When I heard about the trial, there was not much of a decision to be made in my mind. Our whole lives had been turned upside down by this horrible virus and anything I could do to help could only be a good thing. I filled in the questionnaire and it showed that I was a suitable candidate. A while later, I received a phone call to book my first appointment. I made the decision to keep my plan under wraps from my wider family. Mums have a habit of worrying about things and I did not want to cause them the stress of wondering if anything was going to go wrong. In my mind this was not a concern. I knew if it was unsafe, they would not be choosing to have a trial on human volunteers.
The first appointment was at Addenbrookes hospital on June 6 when I learned more about the risks, watched a video, had a consultation with a doctor and had a blood test. This was the point when I provided my first written consent. The next appointment was on June 17 for the actual injection. I must admit after my initial lack of nerves, sitting beside a hospital bed waiting for the nurse, I was pretty worried. I think it was mainly just down to how clinical and organised it seemed. This sounds like a strange comment, but it made me think that they were prepared for the worst!
After the injection, I went home and wondered what (if anything) would happen. Initially, I felt fine and when we went for a dog walk that night I joked with my husband about how well I felt! Overnight, I felt pretty terrible. My temperature was on the high side and I felt shivery and generally rubbish. The next day I felt really weak and couldn’t muster much energy. Luckily, it was my day off so I spent the day relaxing. By evening, I felt much better! The next day I was back to normal.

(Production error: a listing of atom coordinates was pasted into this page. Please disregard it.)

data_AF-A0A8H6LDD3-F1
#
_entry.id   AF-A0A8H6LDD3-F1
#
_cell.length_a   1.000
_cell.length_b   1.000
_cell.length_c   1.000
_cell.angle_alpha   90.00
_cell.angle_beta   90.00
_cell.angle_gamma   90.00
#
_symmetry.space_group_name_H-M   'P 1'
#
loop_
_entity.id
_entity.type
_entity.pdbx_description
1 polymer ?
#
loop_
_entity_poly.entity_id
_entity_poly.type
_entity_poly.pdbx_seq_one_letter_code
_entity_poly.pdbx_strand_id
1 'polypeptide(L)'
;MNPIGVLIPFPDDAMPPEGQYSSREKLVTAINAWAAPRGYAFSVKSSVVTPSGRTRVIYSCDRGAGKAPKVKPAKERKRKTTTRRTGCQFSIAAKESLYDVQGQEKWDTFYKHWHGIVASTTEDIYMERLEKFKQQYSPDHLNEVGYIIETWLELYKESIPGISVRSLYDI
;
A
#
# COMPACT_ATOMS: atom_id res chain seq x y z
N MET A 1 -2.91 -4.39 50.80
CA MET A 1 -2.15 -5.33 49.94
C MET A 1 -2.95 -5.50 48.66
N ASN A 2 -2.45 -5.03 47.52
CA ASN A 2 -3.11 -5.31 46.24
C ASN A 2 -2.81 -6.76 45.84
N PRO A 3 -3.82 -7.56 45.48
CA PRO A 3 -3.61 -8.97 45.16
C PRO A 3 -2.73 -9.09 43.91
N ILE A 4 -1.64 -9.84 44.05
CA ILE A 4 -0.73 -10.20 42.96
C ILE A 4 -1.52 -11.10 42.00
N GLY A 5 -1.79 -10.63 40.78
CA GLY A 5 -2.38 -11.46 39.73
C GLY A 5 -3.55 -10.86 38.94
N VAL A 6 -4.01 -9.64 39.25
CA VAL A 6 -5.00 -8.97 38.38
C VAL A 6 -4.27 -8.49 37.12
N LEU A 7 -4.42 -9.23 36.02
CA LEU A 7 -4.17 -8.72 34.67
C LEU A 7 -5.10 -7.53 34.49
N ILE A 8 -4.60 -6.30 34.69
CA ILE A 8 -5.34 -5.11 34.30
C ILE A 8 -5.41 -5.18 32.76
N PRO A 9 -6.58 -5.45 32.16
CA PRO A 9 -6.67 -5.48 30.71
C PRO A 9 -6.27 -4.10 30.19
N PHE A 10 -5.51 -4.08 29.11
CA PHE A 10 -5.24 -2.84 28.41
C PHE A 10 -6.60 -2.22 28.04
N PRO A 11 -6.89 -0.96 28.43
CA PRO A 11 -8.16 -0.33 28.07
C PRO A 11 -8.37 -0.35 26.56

The next step was the weekly swabs—these are the worst. I am still unable to do one without gagging and the text I receive on a Wednesday morning fills me with dread!
The next appointment was on July 9 for a blood test to check for antibodies and to generally check how I was doing.
My next appointment was booked for my booster on September 9. That morning, the news broke that there was a problem with one of the volunteers and the trial had been put on hold. Strangely enough, I was still not worried. I had not experienced any effects myself and there had only been one such report of there being a problem. In my eyes, it was a positive thing that the trial had been stopped straightaway. The hospital still asked me to get another blood test and [wanted] to check on me generally.
The trial soon restarted and I had my booster on September 24. My only worry then was that I would feel as terrible as I did after the original injection. Luckily, this was not the case and I did not experience any ill effects.
Would I take part in a future trial? The answer has to be a definite yes. The worst part has definitely been the weekly swabs and the fact that all the appointments are in Cambridge, which makes it time-consuming. Hopefully though it will help in the end and I will have helped in the search for an effective vaccine to try and control this awful virus.
-Bolderson is a community psychiatric nurse and lead electroconvulsive therapy nurse with The Cavell Centre, Peterborough, England.